Before widening this attempted psychoanalysis to the author and the narrative of Sozaboy I want to approach The Cardinals through a similar character based analysis, looking at the elusive figure of Mouse. Johnny describes her as "a psycho-case", but she certainly does not fit into Freud's narcissistic frame easily. Freud theorises that women experience an "intensification of the original narcissism" found in children and, in place of favourable object-love choices, "develop a certain self-contentment", or self-love. Mouse, both woman and child, seems to deny the narcissistic type not by forming normal object attachments, but by a negation of the libido, an inability to love anyone, including herself. She has "withdrawn so completely that it's practically impossible for [Johnny] to reach her." Freud's belief that "such [narcissistic] women have the greatest fascination for men" is also resisted by Bessie Head's novel, as Johnny finds himself drawn to Mouse despite her inability to love. "I have to find a way to reach her" he declares, showing desperation to understand the intrigues of Mouse's psyche. She does not fit with previous female types that Johnny has been exposed to and therefore a new method of attack must be adopted.
It is in Johnny choice of weapon and in their relationship that some psychoanalytical handhold may appear. "There is only one thing she responses to," Johnny tells PK, "Writing". Just as Sozaboy idealises future situations ('endings') Mouse, through writing, wants to narrate her origins ('beginnings'). She is denied knowledge of her parents and birth by the society she lives in, and therefore writes herself into an ideal past, using Johnny as a point of entry. Although it is Johnny himself who begins the reverie into his past, we can perhaps assume that it is Mouse who has edited and embellished it, given that the narrative matches the sentimental, 'feminine' style that PK criticises her for. Most notably, we also read about the manner of Ruby's death, an event that Johnny could not have known about. The language depicts the beauty, violence and wildness of the scene, aspects of love that Mouse yearns for, but that she can only express in words. The landscape replaces the human in the idealised sexual union of Johnny and Ruby:
"…his love was as fierce as the savage, battering beat of a high sea; or, like a storm beating down on the dry, hard earth of her body and she absorbed its pounding drive, lost in an elemental ecstasy." (The Cardinals pp. 45)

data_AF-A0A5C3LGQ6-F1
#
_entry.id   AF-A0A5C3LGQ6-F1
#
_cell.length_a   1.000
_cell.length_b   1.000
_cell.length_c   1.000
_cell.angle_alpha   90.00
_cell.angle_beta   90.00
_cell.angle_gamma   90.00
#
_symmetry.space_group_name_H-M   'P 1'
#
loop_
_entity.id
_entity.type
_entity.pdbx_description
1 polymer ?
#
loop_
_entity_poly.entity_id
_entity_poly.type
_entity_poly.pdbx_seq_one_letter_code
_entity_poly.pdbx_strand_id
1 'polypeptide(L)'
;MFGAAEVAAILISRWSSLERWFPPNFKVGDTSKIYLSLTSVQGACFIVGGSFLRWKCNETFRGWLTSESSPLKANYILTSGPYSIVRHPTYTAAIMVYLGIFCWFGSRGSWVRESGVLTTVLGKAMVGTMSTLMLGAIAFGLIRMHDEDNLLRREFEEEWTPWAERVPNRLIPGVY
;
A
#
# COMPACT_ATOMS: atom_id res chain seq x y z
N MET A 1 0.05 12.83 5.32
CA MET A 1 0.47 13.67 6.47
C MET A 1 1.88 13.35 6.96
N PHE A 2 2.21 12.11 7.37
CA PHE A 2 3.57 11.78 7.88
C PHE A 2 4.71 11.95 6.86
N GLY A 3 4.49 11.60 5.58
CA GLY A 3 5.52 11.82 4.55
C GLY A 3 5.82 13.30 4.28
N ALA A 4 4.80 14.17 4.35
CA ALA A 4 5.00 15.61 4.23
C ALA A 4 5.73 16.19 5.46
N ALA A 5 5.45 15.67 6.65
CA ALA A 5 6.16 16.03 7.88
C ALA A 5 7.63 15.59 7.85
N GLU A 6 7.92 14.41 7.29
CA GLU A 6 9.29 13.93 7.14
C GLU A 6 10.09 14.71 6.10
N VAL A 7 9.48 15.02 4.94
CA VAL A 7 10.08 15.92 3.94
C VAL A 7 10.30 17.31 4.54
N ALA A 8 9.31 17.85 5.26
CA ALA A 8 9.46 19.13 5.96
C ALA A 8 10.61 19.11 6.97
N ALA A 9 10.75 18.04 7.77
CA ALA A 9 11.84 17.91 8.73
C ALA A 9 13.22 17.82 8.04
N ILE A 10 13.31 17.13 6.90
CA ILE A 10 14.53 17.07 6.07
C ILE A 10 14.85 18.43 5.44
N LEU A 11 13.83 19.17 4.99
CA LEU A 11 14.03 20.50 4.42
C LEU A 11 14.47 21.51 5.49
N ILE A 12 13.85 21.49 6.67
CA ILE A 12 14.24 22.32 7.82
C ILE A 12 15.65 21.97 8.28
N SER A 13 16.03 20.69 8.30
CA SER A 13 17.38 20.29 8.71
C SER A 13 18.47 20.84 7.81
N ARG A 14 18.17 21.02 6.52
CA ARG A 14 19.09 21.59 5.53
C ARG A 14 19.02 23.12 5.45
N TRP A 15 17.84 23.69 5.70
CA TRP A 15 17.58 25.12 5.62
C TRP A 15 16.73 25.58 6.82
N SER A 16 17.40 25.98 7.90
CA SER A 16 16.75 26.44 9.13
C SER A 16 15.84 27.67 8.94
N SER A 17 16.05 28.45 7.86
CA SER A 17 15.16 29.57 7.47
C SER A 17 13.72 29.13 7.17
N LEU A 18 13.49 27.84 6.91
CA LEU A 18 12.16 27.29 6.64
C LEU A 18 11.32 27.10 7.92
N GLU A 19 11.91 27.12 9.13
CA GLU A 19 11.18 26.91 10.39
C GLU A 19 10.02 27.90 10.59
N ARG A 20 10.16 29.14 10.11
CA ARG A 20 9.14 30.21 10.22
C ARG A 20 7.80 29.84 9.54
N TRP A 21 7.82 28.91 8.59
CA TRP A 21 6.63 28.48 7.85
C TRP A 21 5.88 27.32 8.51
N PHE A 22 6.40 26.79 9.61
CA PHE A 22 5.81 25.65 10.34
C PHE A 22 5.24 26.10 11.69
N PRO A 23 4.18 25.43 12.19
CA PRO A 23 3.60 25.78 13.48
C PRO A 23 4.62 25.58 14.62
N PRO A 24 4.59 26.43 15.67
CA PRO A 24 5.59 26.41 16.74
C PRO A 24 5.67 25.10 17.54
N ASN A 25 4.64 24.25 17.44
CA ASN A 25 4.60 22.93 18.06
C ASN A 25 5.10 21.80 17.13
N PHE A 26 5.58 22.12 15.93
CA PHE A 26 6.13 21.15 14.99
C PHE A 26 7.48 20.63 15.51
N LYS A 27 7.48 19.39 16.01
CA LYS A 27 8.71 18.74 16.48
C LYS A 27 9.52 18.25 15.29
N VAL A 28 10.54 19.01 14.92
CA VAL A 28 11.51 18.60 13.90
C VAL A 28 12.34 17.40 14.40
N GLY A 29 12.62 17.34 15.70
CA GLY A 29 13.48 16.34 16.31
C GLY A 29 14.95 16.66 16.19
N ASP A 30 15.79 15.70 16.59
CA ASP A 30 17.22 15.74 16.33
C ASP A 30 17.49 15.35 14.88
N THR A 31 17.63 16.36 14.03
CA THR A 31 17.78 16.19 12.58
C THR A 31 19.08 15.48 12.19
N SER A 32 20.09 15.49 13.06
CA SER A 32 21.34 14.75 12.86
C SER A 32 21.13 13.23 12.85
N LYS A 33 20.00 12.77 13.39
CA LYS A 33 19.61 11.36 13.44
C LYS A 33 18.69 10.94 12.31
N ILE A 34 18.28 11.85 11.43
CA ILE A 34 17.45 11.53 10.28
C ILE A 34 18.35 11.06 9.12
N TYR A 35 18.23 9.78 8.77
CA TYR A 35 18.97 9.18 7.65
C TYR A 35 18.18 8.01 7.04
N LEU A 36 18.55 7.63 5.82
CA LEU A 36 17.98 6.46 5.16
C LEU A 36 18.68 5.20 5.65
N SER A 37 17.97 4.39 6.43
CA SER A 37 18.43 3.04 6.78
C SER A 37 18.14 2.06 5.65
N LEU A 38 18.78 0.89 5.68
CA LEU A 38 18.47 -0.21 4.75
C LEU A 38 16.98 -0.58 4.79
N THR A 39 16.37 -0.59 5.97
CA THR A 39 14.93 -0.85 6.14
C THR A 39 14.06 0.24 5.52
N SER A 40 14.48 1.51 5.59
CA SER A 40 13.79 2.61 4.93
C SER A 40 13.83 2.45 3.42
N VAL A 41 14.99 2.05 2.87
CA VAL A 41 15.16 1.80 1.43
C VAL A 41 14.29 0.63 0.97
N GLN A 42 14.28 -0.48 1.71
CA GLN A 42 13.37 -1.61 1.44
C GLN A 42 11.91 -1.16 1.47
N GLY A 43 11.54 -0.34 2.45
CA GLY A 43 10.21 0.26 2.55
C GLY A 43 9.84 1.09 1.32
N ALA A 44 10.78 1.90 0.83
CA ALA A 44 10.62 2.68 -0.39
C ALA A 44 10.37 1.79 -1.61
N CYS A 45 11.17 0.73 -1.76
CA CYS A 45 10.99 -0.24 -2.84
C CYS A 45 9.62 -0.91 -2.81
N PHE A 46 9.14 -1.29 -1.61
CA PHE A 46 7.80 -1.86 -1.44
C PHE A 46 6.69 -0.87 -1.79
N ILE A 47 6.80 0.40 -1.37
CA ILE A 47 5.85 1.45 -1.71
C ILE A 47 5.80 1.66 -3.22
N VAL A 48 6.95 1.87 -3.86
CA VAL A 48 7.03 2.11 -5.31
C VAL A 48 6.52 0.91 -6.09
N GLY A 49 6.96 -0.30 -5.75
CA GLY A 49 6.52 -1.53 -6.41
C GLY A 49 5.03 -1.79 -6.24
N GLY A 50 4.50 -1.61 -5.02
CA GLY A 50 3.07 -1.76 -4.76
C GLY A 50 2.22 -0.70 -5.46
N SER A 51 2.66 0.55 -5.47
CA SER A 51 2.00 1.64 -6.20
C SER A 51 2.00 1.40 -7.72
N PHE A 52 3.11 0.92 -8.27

The narration touches on the unreal, such as Johnny's call on the beach, which one can only assume Ruby hears in her head and comes, "running along the beach towards him". "I was in bed already," she says, "but I heard you so clearly that I got up and came immediately." This romanticism could have its source in the series that Head wrote for the Golden City Post, "True Romances", but Head offers various twists to the genre, which "constructed feminine sexuality in certain ways". Ruby's awareness of her sexuality and desires "contrasts starkly with the caste representation of 'True Romances'" and her eventual suicide denies the castigation society wishes and the recognition of guilt for her deviant sexual behaviour.
However, despite Head's critique of the genre, she fully understands the use of romanticism in the search for a true origin. In Eilersen's biography, she reveals how Bessie Head used to tell the story of how her white mother fell in love with the family stable hand, yet her "family had no racehorses". For Mouse the love that she can not express finds an outlet in Johnny and Ruby's passionate romance, an ideal of the mother and father she never met.
Another way of facilitating psychoanalysis in The Cardinals is through the incestuous union of Johnny and Mouse, the replaying of a father/daughter relationship which was denied to both characters. Here Freud can implicate Johnny; "If we look at the attitude of affectionate parents towards their children, we have to recognise that it is a revival and a reproduction of their own narcissism." Even though Johnny is unaware of the family tie between himself and Mouse, Head hints at his capacity for incest ("…it's just as well I have no daughter. I'd probably make love to her too") and his parental desire to nurture and care for Mouse (telling her that she awakes in him "a paternal protectiveness").
But this is reciprocated by Mouse's desire for a father-figure, and it is important that the father-figure (firstly the old man who teaches her to write, and secondly Johnny) is linked to the creative act. Returning this to Mouse's origins, Freud explains how the "child shall fulfil those wishful dreams of the parents which they never carried out". At the point of embarking on their incestuous union, Mouse is able to re-enact the romance of her parents, in a way that combines origins and endings. As Brooks tells us, incest is an ending which must be avoided because "its fulfilment would be too perfect", a confusion of narrative would result. With this in mind, what is the possibility of psychoanalysis, or resistance to psychoanalysis, of narrative?